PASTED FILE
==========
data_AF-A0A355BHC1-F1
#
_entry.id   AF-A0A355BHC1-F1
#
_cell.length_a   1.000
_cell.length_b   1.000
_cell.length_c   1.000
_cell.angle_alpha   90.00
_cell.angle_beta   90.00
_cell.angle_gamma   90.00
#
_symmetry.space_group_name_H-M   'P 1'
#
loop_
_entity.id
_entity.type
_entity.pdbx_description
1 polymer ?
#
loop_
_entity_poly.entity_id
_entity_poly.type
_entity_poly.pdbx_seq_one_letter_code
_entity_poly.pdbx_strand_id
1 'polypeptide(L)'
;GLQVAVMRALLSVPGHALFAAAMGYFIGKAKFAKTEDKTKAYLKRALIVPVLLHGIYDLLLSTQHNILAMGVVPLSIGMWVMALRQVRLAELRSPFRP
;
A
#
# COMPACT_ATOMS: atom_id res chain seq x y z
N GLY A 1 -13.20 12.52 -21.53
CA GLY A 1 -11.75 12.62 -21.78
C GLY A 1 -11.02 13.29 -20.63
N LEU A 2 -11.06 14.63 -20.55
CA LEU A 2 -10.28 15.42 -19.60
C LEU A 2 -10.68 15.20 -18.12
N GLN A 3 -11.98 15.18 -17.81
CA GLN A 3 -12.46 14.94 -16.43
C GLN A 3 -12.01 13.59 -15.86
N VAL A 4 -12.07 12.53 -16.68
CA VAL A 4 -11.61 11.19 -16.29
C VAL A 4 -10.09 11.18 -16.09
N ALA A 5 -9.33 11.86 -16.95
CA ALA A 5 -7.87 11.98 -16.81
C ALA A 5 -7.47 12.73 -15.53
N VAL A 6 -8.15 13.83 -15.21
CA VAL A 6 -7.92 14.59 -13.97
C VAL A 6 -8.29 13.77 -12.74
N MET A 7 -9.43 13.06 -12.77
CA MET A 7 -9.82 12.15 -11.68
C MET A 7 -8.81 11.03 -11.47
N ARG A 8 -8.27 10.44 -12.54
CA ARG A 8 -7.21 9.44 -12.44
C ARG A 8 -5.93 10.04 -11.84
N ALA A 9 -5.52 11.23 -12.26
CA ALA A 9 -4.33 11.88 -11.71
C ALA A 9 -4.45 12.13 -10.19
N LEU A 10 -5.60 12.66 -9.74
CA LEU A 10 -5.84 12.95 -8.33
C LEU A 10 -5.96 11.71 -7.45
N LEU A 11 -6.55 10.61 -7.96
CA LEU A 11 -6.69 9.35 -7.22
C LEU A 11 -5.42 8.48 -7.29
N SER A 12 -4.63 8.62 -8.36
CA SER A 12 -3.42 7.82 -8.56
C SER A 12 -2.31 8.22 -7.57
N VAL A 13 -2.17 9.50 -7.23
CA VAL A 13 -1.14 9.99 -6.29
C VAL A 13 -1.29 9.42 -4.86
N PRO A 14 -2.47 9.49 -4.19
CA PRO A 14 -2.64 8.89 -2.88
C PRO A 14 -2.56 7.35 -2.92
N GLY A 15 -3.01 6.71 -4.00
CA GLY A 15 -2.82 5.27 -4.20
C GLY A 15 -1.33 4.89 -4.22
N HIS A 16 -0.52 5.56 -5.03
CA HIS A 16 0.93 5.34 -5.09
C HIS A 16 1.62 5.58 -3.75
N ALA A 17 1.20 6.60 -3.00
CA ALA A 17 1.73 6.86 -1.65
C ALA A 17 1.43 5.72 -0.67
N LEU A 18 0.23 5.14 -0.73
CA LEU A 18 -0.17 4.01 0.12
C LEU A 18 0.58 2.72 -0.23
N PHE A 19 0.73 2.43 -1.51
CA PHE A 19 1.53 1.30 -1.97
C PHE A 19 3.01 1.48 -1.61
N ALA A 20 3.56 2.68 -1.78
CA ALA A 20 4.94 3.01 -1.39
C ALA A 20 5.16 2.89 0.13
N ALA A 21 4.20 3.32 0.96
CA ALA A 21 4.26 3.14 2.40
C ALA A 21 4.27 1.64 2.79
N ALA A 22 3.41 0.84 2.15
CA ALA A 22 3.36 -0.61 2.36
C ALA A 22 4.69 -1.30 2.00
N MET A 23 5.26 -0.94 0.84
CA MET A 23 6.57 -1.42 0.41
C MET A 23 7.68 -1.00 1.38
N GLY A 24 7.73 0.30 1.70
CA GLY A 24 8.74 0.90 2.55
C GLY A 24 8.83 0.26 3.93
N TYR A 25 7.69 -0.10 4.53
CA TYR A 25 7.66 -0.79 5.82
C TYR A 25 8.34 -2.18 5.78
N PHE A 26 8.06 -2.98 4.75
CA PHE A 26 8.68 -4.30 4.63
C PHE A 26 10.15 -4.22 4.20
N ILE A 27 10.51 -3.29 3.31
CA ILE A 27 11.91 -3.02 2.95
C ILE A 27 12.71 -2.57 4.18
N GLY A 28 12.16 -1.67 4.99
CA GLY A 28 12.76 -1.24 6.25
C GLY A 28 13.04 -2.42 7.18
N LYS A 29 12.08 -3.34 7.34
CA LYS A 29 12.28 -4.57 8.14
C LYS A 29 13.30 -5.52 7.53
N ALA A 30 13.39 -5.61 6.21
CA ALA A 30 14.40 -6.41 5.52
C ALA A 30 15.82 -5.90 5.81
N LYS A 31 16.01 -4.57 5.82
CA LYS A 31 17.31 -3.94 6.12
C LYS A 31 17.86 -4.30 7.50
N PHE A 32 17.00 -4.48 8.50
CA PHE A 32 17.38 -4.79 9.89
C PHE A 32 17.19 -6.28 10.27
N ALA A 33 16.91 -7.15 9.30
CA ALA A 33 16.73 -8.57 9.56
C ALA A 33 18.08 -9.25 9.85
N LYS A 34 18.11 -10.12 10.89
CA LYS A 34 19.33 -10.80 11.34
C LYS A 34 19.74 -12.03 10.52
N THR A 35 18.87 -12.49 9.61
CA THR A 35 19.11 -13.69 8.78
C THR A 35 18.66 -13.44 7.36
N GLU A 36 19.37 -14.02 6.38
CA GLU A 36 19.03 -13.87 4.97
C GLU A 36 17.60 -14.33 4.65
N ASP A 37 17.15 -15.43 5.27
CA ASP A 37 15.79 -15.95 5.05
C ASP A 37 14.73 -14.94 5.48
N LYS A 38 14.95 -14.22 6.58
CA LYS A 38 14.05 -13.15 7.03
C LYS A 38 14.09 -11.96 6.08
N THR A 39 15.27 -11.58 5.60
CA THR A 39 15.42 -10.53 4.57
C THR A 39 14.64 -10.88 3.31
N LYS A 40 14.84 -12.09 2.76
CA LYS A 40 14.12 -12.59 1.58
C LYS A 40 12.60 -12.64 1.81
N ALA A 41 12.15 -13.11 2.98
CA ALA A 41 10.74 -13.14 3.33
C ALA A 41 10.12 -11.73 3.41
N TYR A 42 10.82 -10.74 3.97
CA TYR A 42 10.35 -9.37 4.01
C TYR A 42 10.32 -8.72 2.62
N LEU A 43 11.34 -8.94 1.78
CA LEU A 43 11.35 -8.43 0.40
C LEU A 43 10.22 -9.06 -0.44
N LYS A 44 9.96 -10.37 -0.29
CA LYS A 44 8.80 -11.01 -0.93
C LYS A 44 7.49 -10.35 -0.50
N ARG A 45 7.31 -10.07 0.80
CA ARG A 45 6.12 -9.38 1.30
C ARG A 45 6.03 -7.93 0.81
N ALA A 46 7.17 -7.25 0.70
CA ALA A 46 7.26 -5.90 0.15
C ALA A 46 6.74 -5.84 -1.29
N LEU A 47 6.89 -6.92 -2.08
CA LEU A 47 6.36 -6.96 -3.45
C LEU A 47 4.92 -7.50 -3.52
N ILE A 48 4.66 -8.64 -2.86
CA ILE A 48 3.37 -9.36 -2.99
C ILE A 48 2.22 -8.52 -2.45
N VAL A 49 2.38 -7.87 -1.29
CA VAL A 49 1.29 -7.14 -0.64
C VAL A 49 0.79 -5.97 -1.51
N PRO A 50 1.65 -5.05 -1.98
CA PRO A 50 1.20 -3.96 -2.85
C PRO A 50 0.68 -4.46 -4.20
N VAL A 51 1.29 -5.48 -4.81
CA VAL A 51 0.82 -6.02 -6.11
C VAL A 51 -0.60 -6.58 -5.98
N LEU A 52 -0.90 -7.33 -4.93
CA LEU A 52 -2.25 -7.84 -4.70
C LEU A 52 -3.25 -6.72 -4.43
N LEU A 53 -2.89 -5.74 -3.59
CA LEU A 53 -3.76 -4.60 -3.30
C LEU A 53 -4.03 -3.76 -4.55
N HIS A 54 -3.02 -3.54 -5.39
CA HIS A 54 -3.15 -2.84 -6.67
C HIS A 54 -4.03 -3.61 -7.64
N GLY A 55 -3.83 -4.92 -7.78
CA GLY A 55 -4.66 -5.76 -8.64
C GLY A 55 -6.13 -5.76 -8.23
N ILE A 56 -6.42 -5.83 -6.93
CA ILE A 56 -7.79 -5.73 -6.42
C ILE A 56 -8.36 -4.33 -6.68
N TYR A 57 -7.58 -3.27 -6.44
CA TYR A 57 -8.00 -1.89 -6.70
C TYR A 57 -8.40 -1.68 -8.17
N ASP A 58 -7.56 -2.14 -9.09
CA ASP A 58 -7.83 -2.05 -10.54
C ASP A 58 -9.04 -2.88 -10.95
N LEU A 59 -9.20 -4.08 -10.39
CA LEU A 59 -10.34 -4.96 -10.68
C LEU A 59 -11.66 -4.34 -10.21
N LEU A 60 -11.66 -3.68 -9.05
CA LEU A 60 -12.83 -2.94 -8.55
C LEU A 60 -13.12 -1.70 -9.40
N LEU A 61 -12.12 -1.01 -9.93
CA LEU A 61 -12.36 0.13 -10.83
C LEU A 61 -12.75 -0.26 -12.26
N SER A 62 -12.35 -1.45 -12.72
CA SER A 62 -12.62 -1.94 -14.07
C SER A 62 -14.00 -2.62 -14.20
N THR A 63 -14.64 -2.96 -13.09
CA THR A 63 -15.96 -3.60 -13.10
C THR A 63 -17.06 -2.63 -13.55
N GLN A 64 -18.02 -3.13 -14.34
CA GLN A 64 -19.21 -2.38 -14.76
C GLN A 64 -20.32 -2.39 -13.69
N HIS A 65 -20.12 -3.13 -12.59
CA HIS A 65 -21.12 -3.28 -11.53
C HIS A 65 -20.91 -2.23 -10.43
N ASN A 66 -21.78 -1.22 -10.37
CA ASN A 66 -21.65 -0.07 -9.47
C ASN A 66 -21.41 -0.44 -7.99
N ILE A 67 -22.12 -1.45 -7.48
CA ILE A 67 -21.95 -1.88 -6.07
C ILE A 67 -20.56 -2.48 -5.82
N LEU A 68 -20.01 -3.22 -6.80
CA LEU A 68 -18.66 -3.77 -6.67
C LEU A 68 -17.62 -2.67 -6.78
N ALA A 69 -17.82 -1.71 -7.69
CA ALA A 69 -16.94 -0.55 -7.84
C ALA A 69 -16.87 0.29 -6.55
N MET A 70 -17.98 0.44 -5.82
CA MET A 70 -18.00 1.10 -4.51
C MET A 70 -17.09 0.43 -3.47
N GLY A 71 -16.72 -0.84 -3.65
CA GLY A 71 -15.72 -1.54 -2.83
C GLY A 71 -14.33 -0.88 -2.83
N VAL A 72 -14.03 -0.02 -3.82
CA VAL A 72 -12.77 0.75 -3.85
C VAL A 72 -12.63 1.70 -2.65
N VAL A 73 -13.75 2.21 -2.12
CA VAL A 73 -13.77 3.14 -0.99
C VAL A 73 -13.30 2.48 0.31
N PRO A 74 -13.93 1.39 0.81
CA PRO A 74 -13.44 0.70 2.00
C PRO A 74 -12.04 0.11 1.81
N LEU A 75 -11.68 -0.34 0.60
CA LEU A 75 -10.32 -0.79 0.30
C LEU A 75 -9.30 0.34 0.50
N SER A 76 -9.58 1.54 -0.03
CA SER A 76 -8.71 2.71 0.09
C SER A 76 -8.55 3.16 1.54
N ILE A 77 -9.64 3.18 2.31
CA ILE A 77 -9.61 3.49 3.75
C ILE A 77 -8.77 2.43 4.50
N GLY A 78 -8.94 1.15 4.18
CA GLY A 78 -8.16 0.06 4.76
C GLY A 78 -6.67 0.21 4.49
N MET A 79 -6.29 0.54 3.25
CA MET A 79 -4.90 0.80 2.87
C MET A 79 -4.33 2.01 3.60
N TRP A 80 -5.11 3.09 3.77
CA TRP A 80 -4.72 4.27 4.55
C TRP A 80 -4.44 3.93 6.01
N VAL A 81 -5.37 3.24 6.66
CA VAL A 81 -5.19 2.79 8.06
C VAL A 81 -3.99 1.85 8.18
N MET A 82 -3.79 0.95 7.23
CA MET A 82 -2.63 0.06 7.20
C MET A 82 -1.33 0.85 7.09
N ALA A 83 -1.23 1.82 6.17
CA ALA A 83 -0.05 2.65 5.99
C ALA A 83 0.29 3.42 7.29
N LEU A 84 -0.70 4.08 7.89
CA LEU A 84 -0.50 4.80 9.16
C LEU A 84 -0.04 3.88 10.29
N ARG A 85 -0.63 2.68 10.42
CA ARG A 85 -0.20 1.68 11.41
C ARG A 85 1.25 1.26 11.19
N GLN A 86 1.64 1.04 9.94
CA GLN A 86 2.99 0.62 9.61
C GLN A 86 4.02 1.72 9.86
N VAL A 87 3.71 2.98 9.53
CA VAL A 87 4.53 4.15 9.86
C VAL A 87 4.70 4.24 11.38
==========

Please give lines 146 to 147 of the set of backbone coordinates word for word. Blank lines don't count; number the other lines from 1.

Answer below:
CA THR A 39 15.42 -10.53 4.57
C THR A 39 14.64 -10.88 3.31